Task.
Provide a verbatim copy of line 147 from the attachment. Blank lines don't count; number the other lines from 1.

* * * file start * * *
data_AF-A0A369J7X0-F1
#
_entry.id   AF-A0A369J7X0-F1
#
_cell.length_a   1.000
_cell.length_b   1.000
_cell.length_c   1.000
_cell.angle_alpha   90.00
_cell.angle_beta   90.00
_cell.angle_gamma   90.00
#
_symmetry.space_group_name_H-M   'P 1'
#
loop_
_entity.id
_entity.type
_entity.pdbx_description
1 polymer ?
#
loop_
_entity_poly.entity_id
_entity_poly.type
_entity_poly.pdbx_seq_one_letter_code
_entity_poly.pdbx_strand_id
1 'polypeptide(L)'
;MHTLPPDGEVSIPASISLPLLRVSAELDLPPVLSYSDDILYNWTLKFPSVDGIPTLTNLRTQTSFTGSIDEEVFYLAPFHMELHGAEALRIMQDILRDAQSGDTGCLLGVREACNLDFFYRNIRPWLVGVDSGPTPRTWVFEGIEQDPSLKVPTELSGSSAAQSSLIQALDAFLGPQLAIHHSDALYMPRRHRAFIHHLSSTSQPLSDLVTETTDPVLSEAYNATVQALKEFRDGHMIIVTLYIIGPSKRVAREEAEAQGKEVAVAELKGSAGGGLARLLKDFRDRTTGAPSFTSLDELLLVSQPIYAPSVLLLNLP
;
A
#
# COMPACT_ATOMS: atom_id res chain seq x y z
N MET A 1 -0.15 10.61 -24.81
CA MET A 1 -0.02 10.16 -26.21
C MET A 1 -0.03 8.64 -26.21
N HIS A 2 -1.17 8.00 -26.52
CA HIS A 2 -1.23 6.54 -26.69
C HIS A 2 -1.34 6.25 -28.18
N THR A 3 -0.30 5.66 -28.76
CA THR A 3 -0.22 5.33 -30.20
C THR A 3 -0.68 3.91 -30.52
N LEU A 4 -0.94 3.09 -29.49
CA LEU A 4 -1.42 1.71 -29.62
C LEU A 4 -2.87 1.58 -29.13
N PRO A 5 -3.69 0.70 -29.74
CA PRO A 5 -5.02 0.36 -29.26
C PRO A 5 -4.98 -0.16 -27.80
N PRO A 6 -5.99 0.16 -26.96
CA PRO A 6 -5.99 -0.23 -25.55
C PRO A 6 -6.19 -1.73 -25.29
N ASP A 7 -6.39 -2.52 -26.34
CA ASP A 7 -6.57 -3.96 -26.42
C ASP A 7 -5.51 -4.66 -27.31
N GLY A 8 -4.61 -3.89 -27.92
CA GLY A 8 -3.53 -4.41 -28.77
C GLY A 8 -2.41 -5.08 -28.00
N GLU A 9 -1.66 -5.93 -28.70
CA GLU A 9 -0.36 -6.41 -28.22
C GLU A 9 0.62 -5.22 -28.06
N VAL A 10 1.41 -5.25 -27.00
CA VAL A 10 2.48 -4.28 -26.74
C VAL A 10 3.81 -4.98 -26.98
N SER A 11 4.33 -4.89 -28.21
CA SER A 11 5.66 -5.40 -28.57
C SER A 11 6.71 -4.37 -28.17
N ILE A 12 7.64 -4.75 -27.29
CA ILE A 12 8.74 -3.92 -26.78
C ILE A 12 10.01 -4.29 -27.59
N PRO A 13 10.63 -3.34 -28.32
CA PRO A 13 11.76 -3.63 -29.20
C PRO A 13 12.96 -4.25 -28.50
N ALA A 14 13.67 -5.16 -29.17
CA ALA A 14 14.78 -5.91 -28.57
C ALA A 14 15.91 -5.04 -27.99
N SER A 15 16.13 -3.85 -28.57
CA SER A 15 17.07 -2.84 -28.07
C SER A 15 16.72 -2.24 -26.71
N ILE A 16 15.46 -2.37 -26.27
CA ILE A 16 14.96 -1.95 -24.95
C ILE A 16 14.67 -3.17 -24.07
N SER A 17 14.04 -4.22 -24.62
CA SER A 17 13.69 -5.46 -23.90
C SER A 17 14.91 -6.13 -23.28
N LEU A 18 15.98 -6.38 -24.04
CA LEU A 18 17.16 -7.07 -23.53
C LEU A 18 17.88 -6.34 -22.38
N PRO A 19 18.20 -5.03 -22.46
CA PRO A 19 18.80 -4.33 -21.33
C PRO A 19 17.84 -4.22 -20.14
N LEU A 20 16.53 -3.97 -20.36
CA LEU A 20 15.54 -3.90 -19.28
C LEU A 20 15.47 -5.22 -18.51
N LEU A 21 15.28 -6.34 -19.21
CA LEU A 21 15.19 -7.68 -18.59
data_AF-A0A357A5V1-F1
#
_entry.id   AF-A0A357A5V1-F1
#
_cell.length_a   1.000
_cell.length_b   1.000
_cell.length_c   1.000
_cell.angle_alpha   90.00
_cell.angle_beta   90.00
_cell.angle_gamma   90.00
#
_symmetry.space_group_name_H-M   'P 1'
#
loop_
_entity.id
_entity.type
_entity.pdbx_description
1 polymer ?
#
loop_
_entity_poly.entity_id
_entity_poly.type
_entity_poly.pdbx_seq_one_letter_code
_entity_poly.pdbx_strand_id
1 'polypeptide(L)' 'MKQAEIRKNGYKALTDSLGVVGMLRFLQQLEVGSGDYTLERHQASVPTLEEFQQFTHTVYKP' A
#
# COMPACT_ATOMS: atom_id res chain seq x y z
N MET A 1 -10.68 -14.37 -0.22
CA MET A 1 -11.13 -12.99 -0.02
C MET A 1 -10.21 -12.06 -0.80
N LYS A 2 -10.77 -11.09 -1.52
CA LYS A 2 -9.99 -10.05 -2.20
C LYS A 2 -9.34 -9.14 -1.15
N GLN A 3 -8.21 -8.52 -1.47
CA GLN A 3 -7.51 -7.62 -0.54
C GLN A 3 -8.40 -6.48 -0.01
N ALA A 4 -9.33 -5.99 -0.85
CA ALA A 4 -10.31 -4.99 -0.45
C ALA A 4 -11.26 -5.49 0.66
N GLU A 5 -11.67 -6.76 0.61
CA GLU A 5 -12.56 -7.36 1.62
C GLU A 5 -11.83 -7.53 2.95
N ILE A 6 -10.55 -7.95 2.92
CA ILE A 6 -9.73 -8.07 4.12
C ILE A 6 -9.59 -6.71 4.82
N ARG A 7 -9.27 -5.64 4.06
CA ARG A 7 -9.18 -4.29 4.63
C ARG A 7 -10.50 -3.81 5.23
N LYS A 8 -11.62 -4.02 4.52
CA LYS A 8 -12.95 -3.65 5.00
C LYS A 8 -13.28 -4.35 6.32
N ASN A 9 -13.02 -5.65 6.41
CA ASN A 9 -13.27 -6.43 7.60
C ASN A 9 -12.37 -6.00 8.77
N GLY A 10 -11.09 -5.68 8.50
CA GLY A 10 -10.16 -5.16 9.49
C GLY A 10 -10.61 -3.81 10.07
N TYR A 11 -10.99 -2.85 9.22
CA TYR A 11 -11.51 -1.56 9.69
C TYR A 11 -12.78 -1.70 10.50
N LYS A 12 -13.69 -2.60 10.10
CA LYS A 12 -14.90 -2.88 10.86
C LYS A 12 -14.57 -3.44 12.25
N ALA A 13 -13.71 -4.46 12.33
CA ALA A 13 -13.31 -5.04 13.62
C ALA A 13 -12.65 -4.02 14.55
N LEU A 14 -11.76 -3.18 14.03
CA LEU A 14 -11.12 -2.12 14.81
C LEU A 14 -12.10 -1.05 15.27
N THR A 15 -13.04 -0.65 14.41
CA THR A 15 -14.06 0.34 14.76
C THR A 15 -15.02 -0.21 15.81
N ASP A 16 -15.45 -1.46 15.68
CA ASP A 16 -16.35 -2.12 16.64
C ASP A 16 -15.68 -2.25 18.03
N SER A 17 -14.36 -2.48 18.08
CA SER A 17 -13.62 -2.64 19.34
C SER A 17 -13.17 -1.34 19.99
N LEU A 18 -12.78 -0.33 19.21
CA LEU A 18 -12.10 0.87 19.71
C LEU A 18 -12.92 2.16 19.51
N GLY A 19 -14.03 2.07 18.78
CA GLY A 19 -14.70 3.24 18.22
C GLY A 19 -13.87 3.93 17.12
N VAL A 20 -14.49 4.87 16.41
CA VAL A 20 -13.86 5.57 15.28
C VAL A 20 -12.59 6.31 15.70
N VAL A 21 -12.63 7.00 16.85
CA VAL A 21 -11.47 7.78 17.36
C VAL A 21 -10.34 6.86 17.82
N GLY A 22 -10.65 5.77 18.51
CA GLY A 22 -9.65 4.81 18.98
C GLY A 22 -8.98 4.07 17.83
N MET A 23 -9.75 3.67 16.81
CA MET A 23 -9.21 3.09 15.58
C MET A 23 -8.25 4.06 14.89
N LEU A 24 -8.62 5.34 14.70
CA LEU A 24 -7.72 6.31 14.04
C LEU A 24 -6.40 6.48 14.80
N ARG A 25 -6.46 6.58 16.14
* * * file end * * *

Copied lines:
N GLY A 10 -11.09 -5.68 8.50